What Republican Wave?
So far at least, there is no evidence that 2014 will be a "wave election."
With the mid-term elections approaching, Republican politicians and conservative pundits remain hopeful about the party’s chances, and looking at the numbers its easy to see why. The Presidents job approval numbers, both overall and on specific issues such as the economy and foreign policy, remain quite low and seem unlikely to change significantly over the 69 days between now and election day. In the Senate, where nearly all of the attention is focused this year, the GOP seems to be well positioned to take control of the Senate given the fact that the majority of competitive races are in states that Mitt Romney won in 2012 and John McCain won in 2008. Add in the fact that Republicans tend to have more favorable turnout in midterm years, and everything seems to be in place for a good GOP year. Notwithstanding all of this, though, as Larry Sabato notes at Politico, there are no signs at all that 2014 will be any kind of Republican wave, and it remains well within the realm of possibility that Republicans could once again fall flat in their bid to take over the Senate:
This is President Obama’s sixth-year-itch election. The map of states with contested Senate seats could hardly be better from the Republicans’ vantage point. And the breaks this year—strong candidates, avoidance of damaging gaffes, issues such as Obamacare and immigration that stir the party base—have mainly gone the GOP’s way, very unlike 2012.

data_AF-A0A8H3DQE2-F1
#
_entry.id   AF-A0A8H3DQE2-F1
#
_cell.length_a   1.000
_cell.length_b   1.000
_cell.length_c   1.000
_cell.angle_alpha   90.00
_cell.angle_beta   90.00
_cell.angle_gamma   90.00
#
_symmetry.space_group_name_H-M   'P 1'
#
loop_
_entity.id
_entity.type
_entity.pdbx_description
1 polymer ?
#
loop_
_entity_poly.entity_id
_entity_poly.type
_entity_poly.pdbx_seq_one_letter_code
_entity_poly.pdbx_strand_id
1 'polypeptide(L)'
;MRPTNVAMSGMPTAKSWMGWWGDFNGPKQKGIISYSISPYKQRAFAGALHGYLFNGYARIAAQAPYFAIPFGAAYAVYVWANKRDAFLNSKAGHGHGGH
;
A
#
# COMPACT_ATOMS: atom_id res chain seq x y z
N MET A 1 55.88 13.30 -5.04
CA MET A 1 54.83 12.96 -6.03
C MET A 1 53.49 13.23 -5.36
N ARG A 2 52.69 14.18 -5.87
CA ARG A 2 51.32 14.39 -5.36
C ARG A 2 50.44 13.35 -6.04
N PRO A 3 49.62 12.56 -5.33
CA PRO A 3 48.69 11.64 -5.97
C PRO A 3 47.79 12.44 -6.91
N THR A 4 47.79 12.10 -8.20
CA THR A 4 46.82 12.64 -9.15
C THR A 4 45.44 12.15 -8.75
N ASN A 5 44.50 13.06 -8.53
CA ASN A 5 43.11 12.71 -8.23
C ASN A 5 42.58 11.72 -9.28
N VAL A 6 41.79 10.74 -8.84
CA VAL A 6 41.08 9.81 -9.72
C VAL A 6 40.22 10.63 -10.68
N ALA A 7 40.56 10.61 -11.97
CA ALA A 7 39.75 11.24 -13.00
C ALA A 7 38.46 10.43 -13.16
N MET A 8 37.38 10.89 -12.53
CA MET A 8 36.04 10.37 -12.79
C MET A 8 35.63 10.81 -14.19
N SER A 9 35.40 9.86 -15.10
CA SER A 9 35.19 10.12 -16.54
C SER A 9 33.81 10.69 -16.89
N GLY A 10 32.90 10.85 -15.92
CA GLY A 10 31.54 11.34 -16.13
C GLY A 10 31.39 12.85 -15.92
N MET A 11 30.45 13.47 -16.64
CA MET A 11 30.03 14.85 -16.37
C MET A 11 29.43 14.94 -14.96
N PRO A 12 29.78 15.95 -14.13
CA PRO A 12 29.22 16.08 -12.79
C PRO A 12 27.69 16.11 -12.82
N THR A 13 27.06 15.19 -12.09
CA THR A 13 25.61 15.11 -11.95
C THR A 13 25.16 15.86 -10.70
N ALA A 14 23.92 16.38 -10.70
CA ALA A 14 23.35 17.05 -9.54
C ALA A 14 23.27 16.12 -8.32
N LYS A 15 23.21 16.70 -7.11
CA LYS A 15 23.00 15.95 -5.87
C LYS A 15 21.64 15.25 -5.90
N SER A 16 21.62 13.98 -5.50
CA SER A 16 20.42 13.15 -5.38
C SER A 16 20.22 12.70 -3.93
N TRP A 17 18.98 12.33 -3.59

Nonetheless, the midterms are far from over. In every single one of the Crystal Ball‘s toss-up states, (Alaska, Arkansas, Iowa, Louisiana and North Carolina), the Republican Senate candidate has not yet opened up a real polling lead in any of them. Democratic nominees have been running hard and staying slightly ahead, or close to, their Republican foes. (See Politico’s interactive Senate ratings.)
Earlier this year, we published a “wave chart” giving the range of Senate election outcomes, from ripple to tsunami. Sometimes tidal waves, such as the 2006 Democratic swell that gave the party control of both houses of Congress, develop in late September or October. That’s certainly still a possibility for the GOP in 2014. However, the summer is waning, and as Labor Day approaches our estimate remains a Republican gain of four to eight seats, with the probability greatest for six or seven seats—just enough to put Republicans in charge of Congress’ upper chamber. The lowest GOP advance would fall two seats short of outright control; the largest would produce a 53-47 Republican Senate.A year ago, it was not hard to find Republican leaders who privately believed the party could score a dramatic breakthrough in the Senate, with the GOP emerging with perhaps 55 or 56 seats. This objective was vital not just for the jousting during President Obama’s final two years in the White House. At least as important is the fact that the GOP sees a much less friendly Senate map in 2016, when it will have to defend 24 of 34 seats, including incumbents elected in 2010 in Democratic states such as Illinois, Pennsylvania and Wisconsin. In addition, presidential year turnouts usually draw far more minority and young voters to the polls, most of whom reliably vote Democratic from top to bottom of the ballot. A thin GOP Senate majority created this November could turn out to be very short-lived.